But what about all of those pesky Bible verses that seem to contradict gospel sanctification’s passive approach? Like say for instance, 1 Corinthians 9:27; ”No, I beat my body and make it my slave so that after I have preached to others, I myself will not be disqualified for the prize.” No problem. GS has its own process for interpreting the Bible through the lens of a gospel perspective so everything comes out redemptive. It’s called the redemptive-historical hermeneutic, or the Christocentric hermeneutic, or the cross-centered hermeneutic; so you have the theology of GS doing the interpretation.
Gospel sanctification is well suited for American culture. It’s new, It’s easy, and claims to have a low failure rate. It also has a strong intimidation factor. To speak against GS is to be against Christ and his gospel. To be against GS is to propagate the “legalism” of self-discipline and hard work in the sanctification process. Worse yet, if you believe that obedience is an exercise of the will to please God, you are supposedly engaging in works salvation. First of all, any Christian knows that we cannot please God apart from His life giving Spirit, but neither are we merely potted plants in the process:
We sent Timothy, who is our brother and God’s fellow worker in spreading the gospel of Christ, to strengthen and encourage you in your faith (1 Thess 3:2, emphasis mine. Some translations: “coworker”). Do your best to present yourself to God as one approved, a workman who does not need to be ashamed and who correctly handles the word of truth (2 Tim 2:15, emphasis mine).
GS is destructive error for the following reasons:
It takes away from the word of God in regard to elements of biblical sanctification.
Our resources and guiding truth concerning sanctification in the Bible are many faceted and numerous. GS is a narrow approach that excludes or ignores key truths of sanctification such as satanic strategy and our battle with the flesh. According to GS proponents, these kinds of considerations, and many others distract us from “owning our own sin.” They say that the flesh is not our problem, the heart is the problem, the flesh is a realm. As only one example among many, most GS teachers do not see Satan as being in the loop of spiritual warfare, regardless of clear warnings from the Scriptures. This is no trite matter.
The following quote concerns John Piper’s Christian Hedonism which is the articulation of how gospel sanctification is experienced. But, the same concerns expressed by Dr. Masters below can also be applied to gospel sanctification as a whole. Gospel sanctification applies, and confines sanctification to the same elements of justification which are much fewer; namely, by faith alone.
But Dr. Piper’s formula for its use undoubtedly alters the understanding of sanctification long held by believers in the Reformation tradition, because it elevates one Christian duty above all others.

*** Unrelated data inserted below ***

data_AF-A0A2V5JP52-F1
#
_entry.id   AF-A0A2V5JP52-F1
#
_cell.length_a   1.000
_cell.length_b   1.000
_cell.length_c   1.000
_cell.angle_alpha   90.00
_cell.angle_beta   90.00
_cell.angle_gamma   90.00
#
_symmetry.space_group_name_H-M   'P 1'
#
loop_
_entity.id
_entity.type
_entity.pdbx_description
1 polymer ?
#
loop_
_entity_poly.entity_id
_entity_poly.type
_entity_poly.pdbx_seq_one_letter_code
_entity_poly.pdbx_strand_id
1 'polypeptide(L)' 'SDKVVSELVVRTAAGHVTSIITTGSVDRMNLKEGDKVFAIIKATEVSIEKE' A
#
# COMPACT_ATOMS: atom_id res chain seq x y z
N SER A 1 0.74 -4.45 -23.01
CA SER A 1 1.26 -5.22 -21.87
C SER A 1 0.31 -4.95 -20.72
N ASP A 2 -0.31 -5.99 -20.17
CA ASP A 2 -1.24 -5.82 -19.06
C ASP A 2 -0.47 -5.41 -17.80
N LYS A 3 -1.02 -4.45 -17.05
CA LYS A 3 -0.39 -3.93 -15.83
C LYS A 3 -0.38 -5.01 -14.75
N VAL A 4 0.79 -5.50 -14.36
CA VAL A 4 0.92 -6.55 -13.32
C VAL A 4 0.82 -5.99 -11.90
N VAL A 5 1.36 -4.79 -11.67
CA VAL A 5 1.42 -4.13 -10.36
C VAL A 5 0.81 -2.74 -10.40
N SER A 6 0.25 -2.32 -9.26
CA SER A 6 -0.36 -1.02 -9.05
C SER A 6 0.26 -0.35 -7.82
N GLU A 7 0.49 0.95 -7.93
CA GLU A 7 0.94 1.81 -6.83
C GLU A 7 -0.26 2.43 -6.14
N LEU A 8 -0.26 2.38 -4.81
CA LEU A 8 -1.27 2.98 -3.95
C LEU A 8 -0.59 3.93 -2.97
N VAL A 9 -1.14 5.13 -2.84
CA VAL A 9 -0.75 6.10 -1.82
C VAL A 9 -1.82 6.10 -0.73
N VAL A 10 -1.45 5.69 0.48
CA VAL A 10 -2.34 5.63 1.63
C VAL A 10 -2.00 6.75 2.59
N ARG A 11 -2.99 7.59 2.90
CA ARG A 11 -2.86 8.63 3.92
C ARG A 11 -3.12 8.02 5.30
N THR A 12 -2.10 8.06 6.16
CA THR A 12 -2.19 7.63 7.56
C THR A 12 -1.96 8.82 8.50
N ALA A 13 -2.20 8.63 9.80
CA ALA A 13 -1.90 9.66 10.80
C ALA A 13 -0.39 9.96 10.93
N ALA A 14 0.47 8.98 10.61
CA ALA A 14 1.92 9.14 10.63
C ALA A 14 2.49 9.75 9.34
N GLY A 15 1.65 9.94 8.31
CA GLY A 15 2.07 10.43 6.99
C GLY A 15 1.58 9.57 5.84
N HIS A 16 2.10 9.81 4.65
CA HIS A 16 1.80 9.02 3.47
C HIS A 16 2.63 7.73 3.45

Delighting in God, we repeat, is made the organizing principle for every other spiritual experience and duty. It becomes the key formula for all spiritual vigor and development. Every other Christian duty is thought to depend on how well we obey this central duty of delighting in the Lord. The entire Christian life is simplified to rest upon a single quest, which is bound to distort one’s perception of the Christian life and how it must be lived. Whatever the strengths of Dr. Piper’s ministry, and there are many, his attempt to oversimplify biblical sanctification is doomed to failure.
Because the biblical method for sanctification and spiritual advance consists of a number of strands or pathways of action, and all must receive individual attention. As soon as you substitute a single ‘big idea’ or organizing principle, and bundle all the strands into one, you alter God’s design and method. Vital aspects of Truth and conduct will go by the board to receive little or no attention.
It denies specific biblical instruction.
GS denies that the Bible includes specific instruction. The hit list of GS includes: living by lists; do’s and don’ts; put off and put on; biblical thinking; discipline; and a traditional view of obedience among many others. Yet 2 Timothy 3:16 says: “All Scripture is God-breathed and is useful for teaching, rebuking, correcting and training in righteousness.”
It redefines obedience and the gospel.
It makes obedience in the sanctification process synonymous with works salvation. Therefore, it redefines Christ as a Lord that does not require obedience, and in fact, rejects it. Is it therefore a half gospel that presents Christ as Savior only? Yes.
It redefines spiritual warfare.
Gospel sanctification’s battleground location would suggest a totally different form of warfare as opposed to warfare with sin that abides in the flesh. For one thing, warfare with the flesh is much more defined as opposed to the subjective nature of what the Bible calls the heart. As a matter of fact, Jeremiah suggested that we cannot know the heart to begin with. These are two separate paths of sanctification. Saints would do well to choose their path carefully.
The church for the most part defines spiritual warfare as Scripture describes it, a warfare between our regenerate heart and the flesh. Disciplines that feed our spirit God’s pure milk and deprive the flesh of provisions is not merely an outside warfare verses an inside warfare, it is the biblical prescription.
It robs Christians of assurance of salvation.
Throughout Scripture, striving in obedience to the word of God is said to result in assurance of salvation. Most notably, 2 Peter 1:5-11. This is a far cry from the prescription for assurance by New Calvinist Jerry Bridges who counsels us to have assurance via “preaching the gospel to ourselves every day.”